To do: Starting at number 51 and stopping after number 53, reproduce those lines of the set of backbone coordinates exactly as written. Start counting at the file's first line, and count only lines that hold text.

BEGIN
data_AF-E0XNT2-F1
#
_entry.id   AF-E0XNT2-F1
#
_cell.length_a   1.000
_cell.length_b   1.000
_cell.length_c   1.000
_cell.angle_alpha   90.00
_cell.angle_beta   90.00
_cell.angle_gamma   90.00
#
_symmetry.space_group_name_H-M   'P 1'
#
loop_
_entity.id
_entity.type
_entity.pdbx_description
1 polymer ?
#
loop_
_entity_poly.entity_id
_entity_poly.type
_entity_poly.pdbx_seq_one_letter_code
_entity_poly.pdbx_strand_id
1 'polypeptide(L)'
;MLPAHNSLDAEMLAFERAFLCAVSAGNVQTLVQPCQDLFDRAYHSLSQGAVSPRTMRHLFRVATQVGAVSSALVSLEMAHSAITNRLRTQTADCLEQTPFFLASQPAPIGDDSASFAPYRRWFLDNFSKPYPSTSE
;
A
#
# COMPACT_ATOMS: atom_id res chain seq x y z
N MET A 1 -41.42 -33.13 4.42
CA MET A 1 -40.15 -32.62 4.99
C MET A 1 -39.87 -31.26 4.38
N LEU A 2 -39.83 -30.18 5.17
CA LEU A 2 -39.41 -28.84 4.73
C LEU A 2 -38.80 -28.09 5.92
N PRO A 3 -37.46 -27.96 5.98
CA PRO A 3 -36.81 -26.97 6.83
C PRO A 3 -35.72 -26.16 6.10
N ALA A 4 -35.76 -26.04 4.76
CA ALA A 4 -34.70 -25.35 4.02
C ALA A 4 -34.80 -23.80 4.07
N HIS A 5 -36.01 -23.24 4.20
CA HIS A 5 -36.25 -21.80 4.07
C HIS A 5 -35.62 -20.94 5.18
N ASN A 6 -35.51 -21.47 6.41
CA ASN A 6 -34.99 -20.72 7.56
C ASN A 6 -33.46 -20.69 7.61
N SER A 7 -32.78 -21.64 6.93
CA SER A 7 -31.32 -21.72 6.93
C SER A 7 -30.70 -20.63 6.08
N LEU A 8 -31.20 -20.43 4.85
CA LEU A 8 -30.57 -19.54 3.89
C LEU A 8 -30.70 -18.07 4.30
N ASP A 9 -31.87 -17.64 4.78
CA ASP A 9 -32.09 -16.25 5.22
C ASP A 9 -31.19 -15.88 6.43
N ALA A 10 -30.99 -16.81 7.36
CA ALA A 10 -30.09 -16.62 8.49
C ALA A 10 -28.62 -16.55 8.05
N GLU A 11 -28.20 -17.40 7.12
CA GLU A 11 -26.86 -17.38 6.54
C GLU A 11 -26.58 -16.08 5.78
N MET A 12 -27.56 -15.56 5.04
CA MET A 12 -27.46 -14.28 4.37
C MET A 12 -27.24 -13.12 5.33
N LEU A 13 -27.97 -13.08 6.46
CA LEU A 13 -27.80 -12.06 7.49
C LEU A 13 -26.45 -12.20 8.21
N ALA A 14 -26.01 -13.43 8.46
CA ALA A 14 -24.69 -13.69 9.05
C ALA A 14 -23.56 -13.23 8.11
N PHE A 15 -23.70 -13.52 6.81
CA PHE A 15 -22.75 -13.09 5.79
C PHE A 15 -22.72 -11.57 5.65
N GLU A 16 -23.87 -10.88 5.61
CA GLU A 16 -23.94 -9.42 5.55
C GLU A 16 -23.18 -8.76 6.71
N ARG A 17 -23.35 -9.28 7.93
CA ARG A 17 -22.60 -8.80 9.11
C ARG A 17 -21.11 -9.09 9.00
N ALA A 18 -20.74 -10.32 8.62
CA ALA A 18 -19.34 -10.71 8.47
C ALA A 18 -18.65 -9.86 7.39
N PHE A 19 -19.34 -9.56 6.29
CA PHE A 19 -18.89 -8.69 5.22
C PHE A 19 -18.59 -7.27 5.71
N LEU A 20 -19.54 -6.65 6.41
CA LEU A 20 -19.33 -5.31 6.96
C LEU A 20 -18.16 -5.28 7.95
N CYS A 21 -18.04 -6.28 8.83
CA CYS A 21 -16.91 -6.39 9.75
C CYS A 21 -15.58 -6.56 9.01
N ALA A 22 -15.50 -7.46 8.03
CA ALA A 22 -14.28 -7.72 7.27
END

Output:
C SER A 7 -30.70 -20.63 6.08
N LEU A 8 -31.20 -20.43 4.85
CA LEU A 8 -30.57 -19.54 3.89